Measuring a car’s speed by the kilometers it covers in an hour is as obsolete as the eight-track tape. Drivers need a speed measurement that reflects our go-anywhere-fast lifestyle, and kilometers per hour just doesn’t cut it anymore. We must replace kilometers per hour with meters per second—before it’s too late.
The next time you’re driving your Honda Civic or Lamborghini Gallardo or whatever it is you’re driving, look at the speedometer. What do the numbers read? 20 kilometers per hour? 60 kilometers per hour? 100 kilometers per hour? Whether you’re stuck on EDSA (which is pretty much every single minute these days) or flying like a low-altitude jetfighter on the NLEX, what do those numbers actually mean?
Kilometers per hour numbers have little to do with our body’s sensory response to forward motion. As much as the inner ear’s spatial-orientation center knows, we could just as well measure a car’s speed any which way we wanted to.
Add to that, any car actually feels slower or faster than the speedometer’s reading suggests. Anyone’s who’s gotten a speeding ticket on Commonwealth Avenue or Macapacal Avenue will know it’s true. Just think about how often you’ve looked down and been surprised at the number on the speedometer, then realized you’ve been flagged down for speeding; or how the needle doesn’t even nudge up when you’ve spent half the day going from Orense to Guadalupe on everyone’s favorite avenue.
Still, we measure speed in kilometers per hour because that’s what all our speedometers say. But why is that?
Back in the 19th century, stagecoaches ran on a time table derived by calculating how long it took a coach to travel the distance between two points (and the violent holdups that can happen along the way). When trains came along, we employed the same measurement, even though people back then thought passengers would suffocate if a train went over 30 km/h. Those people must have felt silly sitting onboard in helmets when trains started hitting 50, 80 and 100 km/h.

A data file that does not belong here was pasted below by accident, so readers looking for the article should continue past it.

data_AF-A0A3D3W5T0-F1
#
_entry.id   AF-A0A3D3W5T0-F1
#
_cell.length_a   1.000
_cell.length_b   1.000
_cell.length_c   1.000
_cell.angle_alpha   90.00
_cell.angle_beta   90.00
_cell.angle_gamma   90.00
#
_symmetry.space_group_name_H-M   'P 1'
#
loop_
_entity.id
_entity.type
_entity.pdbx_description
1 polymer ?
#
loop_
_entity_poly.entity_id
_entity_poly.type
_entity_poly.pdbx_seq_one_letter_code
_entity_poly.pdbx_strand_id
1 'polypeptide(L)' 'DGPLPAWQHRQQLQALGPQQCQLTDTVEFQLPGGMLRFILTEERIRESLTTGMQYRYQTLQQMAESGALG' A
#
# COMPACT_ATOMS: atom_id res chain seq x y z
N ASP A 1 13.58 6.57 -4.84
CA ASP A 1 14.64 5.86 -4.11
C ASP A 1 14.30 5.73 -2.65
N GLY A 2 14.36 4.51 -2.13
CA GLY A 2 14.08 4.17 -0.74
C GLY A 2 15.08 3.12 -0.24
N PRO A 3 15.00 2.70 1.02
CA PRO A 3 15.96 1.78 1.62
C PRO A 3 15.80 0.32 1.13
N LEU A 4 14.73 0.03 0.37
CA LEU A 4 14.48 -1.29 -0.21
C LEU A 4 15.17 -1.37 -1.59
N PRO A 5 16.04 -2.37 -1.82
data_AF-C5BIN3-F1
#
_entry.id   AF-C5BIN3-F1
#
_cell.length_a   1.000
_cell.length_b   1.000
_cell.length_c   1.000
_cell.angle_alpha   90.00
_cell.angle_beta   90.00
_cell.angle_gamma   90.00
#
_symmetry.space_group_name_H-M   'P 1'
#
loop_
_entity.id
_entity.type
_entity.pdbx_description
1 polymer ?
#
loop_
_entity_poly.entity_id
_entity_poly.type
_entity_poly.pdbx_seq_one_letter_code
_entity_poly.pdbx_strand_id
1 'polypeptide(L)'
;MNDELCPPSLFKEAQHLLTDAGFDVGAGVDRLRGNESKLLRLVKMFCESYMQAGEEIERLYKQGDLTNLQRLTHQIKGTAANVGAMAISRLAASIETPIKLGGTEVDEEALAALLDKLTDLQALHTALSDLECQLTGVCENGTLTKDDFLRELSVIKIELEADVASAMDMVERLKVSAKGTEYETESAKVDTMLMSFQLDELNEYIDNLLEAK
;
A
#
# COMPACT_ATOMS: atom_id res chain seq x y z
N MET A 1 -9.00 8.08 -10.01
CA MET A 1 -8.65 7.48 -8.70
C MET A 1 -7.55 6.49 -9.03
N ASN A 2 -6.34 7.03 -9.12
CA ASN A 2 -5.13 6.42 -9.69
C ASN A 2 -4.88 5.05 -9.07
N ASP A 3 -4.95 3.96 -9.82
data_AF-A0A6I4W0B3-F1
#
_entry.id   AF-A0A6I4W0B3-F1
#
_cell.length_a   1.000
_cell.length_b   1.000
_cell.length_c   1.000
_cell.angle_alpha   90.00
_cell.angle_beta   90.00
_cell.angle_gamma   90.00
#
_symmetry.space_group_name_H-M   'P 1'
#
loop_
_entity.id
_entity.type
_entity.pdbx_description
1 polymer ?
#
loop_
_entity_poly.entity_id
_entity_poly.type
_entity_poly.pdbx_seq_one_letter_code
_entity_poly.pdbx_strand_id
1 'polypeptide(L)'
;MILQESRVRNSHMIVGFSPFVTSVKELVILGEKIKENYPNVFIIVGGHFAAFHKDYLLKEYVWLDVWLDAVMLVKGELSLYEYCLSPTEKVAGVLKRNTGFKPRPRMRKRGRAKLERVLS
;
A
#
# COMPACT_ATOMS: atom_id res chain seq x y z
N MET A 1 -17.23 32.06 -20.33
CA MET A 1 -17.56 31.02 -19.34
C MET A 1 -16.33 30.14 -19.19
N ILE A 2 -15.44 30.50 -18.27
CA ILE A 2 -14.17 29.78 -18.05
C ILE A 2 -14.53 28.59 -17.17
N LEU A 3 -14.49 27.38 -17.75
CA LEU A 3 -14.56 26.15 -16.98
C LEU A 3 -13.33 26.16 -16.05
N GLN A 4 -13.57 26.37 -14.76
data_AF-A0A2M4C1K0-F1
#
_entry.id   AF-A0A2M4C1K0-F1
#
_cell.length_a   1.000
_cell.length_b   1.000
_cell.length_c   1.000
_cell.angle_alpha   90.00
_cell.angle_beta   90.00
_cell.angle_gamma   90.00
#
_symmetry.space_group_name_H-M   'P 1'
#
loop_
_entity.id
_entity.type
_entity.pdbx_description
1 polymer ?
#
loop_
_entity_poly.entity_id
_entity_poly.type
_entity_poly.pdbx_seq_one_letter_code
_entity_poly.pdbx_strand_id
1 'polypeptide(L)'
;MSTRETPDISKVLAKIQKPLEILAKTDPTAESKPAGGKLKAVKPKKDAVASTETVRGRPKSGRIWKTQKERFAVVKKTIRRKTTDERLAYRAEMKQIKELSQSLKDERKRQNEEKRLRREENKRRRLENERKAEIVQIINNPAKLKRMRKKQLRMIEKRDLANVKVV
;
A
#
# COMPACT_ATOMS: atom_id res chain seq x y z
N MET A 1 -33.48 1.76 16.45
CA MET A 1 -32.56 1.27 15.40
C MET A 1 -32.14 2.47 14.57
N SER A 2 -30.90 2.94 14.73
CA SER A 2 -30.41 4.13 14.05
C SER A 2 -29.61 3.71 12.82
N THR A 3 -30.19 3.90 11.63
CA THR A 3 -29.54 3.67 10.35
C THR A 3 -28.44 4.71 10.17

But now, as cars travel independently of fixed stations or stages, the quantity of ground we cover in one hour seems far less important than the ground we covering right this second.
Imagine yourself stuck in bumper-to-bumper traffic. Won’t it be easier to visualize traveling at 1 meter every 10 seconds as opposed to travel 0.36 kilometers per hour? By the same token, when you’re whooshing down a highway at 30 meters per second, won’t you find it easier to understand that you’ve dispatched the span of 100 foot-long hotdogs every second (1 foot is about 0.3 meters) or screamed past the Eiffel Tower laying on its side in ten?
Indeed, slapping the appropriate number unit on something greatly affects our perception of its intensity. Internet connections for example, is now commonly measured with mbps (megabit per second) rather than kbps (kilobits per second), a far more appropriate manner given our increasing data speeds (unless you’re on Globe, in which case, you’re still living in the kbps era).
Another example comes from Ireland a few years ago, amid a controversial switch from Imperial to metric units. A judge reduced a speeding charge against motorist David Clarke, who’d been caught flying down the road at 180 km/h. Just as Clarke was about to lose his license, the judge realized his speed didn’t look quite so bad in miles per hour, so he let him off with a warning.
Perhaps we’d forge a closer connection to speed if we considered how many meters we’re knocking off at each tick of the watch, instead of how far we can drag a coach across the plains or how many stations we can traverse in an hour. Maybe then we’d prove ourselves capable of driving as fast as our technologically advanced vehicles would like to take us, without smashing into each other because of over speeding once in a while.
With everything evolving to reflect our go-fast, we want it now attitude, this kilometers per hour thing is rapidly getting old. Everything, mostly in the tech world, has been carefully recalibrated or modified to take into consideration the newer stuff mentioned. Sadly, how we measure our road speed isn’t one of them. Measuring how fast we drive has been pretty much left alone. Given our ever-changing world, I think it’s about time for a change.